Wellbeing

Keep The Peace: How To Have Your Happiest Christmas Yet

Here’s how to have your happiest Christmas ever (yes, really!)

Whether you’re worried about the in-laws, or anxious about the questions your great aunt will inevitably ask you, Christmas can be a difficult time of year. “Have you ever wondered why, within 24 hours of being together, the first family tiff has broken out?” asks wellness expert Emily Wysock-Wright, founder of Adira (thisisadira.com). “We spend the year living with the personal space we choose, matched to the individuals we choose to spend time with, and then you reach this one day and everything changes. It’s a lovely thought when you’re planning where to spend Christmas, but living in close proximity altogether under the same roof is bound to cause friction! With no escape, a strict itinerary and having to eat every meal together, we all tend to become irritable and it’s little wonder we begin to feel like a caged animal. Until we take control, we’ll be stuck in the same cycle, with nothing but bitter thoughts of our family until we start idealising Christmas next year.” So, what can we do to keep the peace? H&W asked the experts to find out…

Lend a hand

“As much as your mum, or whoever is hosting, wants to show you their capabilities, help,” Emily tells us. “Don’t wait to be asked, offer and delegate jobs to everyone. This can be from the moment preparations are under way. Not only will this take the load and stress off the organiser, this also helps you feel your autonomy in what can sometimes feel like a controlled situation.”

Steer clear of the inquisition

“One of the most infuriating things about seeing your family at Christmas time is the incessant, intrusive questioning,” says family consultant and relationship guru Sheela Mackintosh-Stewart (sheelamackintoshstewart.com). “These can range from ‘who are you seeing?’ to ‘are you sure you’re eating properly?’ and ‘what do you actually do, again?’ and, while you may be tempted to disguise yourself as a Christmas tree until they leave, it’s best to learn to manage such occasions, as they will happen many more times in your life. So, take a deep breath and employ one of the following strategies:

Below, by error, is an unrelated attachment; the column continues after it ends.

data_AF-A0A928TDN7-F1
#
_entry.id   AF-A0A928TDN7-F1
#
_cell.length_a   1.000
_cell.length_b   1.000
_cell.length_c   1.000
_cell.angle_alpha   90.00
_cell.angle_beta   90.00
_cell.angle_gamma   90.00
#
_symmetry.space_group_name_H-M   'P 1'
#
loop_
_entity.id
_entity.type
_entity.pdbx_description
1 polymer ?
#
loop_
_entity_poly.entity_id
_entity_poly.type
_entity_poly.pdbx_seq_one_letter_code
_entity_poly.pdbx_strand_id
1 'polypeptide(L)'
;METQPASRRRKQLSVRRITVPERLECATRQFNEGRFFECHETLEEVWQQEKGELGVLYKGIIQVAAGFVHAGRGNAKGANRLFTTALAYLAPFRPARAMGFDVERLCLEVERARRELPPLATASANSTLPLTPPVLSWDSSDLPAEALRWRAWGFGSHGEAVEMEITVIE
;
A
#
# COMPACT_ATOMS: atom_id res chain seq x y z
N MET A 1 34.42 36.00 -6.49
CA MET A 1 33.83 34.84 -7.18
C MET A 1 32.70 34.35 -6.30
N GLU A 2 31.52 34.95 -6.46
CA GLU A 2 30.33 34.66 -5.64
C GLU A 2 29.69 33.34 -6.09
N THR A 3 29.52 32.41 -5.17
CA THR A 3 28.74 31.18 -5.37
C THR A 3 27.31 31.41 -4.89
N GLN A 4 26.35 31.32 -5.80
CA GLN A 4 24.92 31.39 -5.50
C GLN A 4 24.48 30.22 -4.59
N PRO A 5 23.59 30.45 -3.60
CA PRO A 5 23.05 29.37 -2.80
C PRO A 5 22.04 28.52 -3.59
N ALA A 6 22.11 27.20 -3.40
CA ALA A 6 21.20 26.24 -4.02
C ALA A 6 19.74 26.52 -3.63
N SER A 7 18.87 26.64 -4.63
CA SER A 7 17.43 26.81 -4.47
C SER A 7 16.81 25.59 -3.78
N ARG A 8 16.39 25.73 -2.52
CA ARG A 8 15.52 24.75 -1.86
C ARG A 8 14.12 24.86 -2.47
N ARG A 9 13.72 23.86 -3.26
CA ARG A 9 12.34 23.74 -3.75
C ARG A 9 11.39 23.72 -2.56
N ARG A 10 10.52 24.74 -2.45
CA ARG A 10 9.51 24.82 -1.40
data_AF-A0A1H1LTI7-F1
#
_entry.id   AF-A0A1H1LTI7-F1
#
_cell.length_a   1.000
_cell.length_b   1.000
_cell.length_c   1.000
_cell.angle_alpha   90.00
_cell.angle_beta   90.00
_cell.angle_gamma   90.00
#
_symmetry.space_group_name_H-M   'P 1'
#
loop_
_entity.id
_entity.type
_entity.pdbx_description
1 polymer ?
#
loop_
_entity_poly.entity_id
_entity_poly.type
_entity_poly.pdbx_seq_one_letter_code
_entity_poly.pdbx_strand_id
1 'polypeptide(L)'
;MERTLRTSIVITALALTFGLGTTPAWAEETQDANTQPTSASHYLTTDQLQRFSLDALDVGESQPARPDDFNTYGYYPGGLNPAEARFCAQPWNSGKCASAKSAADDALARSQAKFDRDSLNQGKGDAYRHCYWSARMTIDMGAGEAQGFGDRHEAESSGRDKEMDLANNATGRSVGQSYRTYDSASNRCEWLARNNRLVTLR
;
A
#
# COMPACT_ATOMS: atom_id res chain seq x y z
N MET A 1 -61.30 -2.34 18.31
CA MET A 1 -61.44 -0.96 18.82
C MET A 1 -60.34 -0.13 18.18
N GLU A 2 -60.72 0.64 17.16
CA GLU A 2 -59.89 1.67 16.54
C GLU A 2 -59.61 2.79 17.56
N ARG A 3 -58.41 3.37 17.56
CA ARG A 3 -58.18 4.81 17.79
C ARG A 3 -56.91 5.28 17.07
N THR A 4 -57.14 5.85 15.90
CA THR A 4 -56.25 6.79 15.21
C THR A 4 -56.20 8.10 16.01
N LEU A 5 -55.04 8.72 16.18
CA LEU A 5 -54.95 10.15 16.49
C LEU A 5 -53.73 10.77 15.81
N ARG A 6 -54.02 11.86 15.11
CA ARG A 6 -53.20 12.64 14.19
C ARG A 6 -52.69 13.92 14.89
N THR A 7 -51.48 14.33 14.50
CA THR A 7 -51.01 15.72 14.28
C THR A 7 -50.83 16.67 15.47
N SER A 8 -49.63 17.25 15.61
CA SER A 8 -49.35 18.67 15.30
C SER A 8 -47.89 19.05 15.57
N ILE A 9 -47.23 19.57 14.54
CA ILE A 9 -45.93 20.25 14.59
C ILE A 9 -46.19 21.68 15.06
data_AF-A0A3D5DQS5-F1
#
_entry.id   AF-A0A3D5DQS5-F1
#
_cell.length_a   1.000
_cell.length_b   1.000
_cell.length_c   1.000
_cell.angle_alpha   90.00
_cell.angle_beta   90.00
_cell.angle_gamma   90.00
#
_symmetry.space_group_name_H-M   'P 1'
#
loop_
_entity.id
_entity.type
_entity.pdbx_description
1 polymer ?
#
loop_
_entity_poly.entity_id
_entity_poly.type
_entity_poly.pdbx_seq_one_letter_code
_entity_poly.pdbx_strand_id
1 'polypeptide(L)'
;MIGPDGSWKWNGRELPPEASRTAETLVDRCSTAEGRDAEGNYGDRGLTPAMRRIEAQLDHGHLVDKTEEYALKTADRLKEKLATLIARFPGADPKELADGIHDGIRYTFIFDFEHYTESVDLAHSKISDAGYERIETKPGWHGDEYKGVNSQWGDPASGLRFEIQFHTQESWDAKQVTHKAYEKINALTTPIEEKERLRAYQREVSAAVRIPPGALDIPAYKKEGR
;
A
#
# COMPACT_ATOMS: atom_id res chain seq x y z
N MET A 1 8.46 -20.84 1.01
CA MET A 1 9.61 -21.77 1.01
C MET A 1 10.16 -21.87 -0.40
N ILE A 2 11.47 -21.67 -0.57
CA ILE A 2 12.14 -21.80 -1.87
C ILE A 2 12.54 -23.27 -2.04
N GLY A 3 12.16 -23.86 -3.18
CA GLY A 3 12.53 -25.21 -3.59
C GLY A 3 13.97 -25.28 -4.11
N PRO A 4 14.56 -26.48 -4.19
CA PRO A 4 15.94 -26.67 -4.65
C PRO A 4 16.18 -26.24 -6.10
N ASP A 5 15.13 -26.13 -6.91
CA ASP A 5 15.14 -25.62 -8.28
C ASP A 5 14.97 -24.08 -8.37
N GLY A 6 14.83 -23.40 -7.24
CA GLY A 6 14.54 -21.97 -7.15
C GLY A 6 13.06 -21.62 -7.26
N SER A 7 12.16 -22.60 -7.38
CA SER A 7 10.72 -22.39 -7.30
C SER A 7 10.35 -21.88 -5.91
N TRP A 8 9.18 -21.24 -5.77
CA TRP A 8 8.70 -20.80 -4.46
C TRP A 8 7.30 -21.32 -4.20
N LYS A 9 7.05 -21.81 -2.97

• Learn to answer in a jokey way.
  • Be polite, agreeable and deflect by asking questions about them instead. People love regaling stories of their ups and downs, so you can sit back and let them do all the talking.
  • No matter what you do, never get any discussions involving contentious subjects such as religion or politics. Keep a few funny stories up your sleeve too in case others broach these topics and you suddenly find yourself needing to diffuse heated conversations.
  • If it all gets too much, either nip out for a quick walk or, if you can find somewhere, retreat to a quiet place to zone out and clear your head.”

Take a step back

“Big arguments normally stem from small comments, so in order to avoid the explosion, become the mediator between them,” says David Brudö, CEO and co-founder of mental wellbeing and self-development platform, Remente (remente.com). “Since arguments often arise from miscommunication and rash responses, it’s beneficial to take a step back, try to understand their viewpoint, and look at the whole picture.”